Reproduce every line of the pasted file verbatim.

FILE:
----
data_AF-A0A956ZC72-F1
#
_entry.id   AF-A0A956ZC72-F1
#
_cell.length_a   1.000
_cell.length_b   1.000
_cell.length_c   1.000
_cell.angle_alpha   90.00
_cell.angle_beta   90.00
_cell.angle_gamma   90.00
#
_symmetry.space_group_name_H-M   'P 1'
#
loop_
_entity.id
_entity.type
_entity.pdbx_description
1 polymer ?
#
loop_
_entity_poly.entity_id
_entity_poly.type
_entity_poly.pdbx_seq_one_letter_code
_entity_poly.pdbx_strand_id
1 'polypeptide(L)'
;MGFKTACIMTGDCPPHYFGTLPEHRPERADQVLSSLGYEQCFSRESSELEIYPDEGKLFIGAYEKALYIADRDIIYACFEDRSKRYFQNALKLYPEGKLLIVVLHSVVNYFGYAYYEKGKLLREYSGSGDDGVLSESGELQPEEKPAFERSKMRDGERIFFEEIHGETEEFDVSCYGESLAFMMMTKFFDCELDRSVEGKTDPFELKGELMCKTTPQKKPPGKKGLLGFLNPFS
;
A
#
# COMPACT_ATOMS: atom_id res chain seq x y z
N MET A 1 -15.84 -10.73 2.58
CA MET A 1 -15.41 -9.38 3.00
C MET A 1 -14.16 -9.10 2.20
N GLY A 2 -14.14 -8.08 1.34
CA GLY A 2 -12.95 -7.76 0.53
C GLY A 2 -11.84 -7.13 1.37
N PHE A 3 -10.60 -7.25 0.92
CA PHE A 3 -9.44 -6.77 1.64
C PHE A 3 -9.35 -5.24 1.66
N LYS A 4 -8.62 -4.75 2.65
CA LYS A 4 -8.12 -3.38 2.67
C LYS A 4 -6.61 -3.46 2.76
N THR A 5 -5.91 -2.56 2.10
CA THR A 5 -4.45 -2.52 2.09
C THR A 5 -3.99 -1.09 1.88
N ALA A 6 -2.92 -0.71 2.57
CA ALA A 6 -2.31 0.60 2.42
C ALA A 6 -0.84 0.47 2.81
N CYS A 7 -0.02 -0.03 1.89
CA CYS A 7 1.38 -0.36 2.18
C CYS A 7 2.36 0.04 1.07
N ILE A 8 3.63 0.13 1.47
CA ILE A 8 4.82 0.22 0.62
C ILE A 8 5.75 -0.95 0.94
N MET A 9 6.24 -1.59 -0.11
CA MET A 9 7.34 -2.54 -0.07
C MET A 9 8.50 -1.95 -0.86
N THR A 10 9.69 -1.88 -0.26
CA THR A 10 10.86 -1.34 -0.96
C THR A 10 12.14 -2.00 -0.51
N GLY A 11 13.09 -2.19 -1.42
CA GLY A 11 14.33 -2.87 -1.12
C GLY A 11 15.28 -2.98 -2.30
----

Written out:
data_AF-A0A956ZC72-F1
#
_entry.id   AF-A0A956ZC72-F1
#
_cell.length_a   1.000
_cell.length_b   1.000
_cell.length_c   1.000
_cell.angle_alpha   90.00
_cell.angle_beta   90.00
_cell.angle_gamma   90.00
#
_symmetry.space_group_name_H-M   'P 1'
#
loop_
_entity.id
_entity.type
_entity.pdbx_description
1 polymer ?
#
loop_
_entity_poly.entity_id
_entity_poly.type
_entity_poly.pdbx_seq_one_letter_code
_entity_poly.pdbx_strand_id
1 'polypeptide(L)'
;MGFKTACIMTGDCPPHYFGTLPEHRPERADQVLSSLGYEQCFSRESSELEIYPDEGKLFIGAYEKALYIADRDIIYACFEDRSKRYFQNALKLYPEGKLLIVVLHSVVNYFGYAYYEKGKLLREYSGSGDDGVLSESGELQPEEKPAFERSKMRDGERIFFEEIHGETEEFDVSCYGESLAFMMMTKFFDCELDRSVEGKTDPFELKGELMCKTTPQKKPPGKKGLLGFLNPFS
;
A
#
# COMPACT_ATOMS: atom_id res chain seq x y z
N MET A 1 -15.84 -10.73 2.58
CA MET A 1 -15.41 -9.38 3.00
C MET A 1 -14.16 -9.10 2.20
N GLY A 2 -14.14 -8.08 1.34
CA GLY A 2 -12.95 -7.76 0.53
C GLY A 2 -11.84 -7.13 1.37
N PHE A 3 -10.60 -7.25 0.92
CA PHE A 3 -9.44 -6.77 1.64
C PHE A 3 -9.35 -5.24 1.66
N LYS A 4 -8.62 -4.75 2.65
CA LYS A 4 -8.12 -3.38 2.67
C LYS A 4 -6.61 -3.46 2.76
N THR A 5 -5.91 -2.56 2.10
CA THR A 5 -4.45 -2.52 2.09
C THR A 5 -3.99 -1.09 1.88
N ALA A 6 -2.92 -0.71 2.57
CA ALA A 6 -2.31 0.60 2.42
C ALA A 6 -0.84 0.47 2.81
N CYS A 7 -0.02 -0.03 1.89
CA CYS A 7 1.38 -0.36 2.18
C CYS A 7 2.36 0.04 1.07
N ILE A 8 3.63 0.13 1.47
CA ILE A 8 4.82 0.22 0.62
C ILE A 8 5.75 -0.95 0.94
N MET A 9 6.24 -1.59 -0.11
CA MET A 9 7.34 -2.54 -0.07
C MET A 9 8.50 -1.95 -0.86
N THR A 10 9.69 -1.88 -0.26
CA THR A 10 10.86 -1.34 -0.96
C THR A 10 12.14 -2.00 -0.51
N GLY A 11 13.09 -2.19 -1.42
CA GLY A 11 14.33 -2.87 -1.12
C GLY A 11 15.28 -2.98 -2.30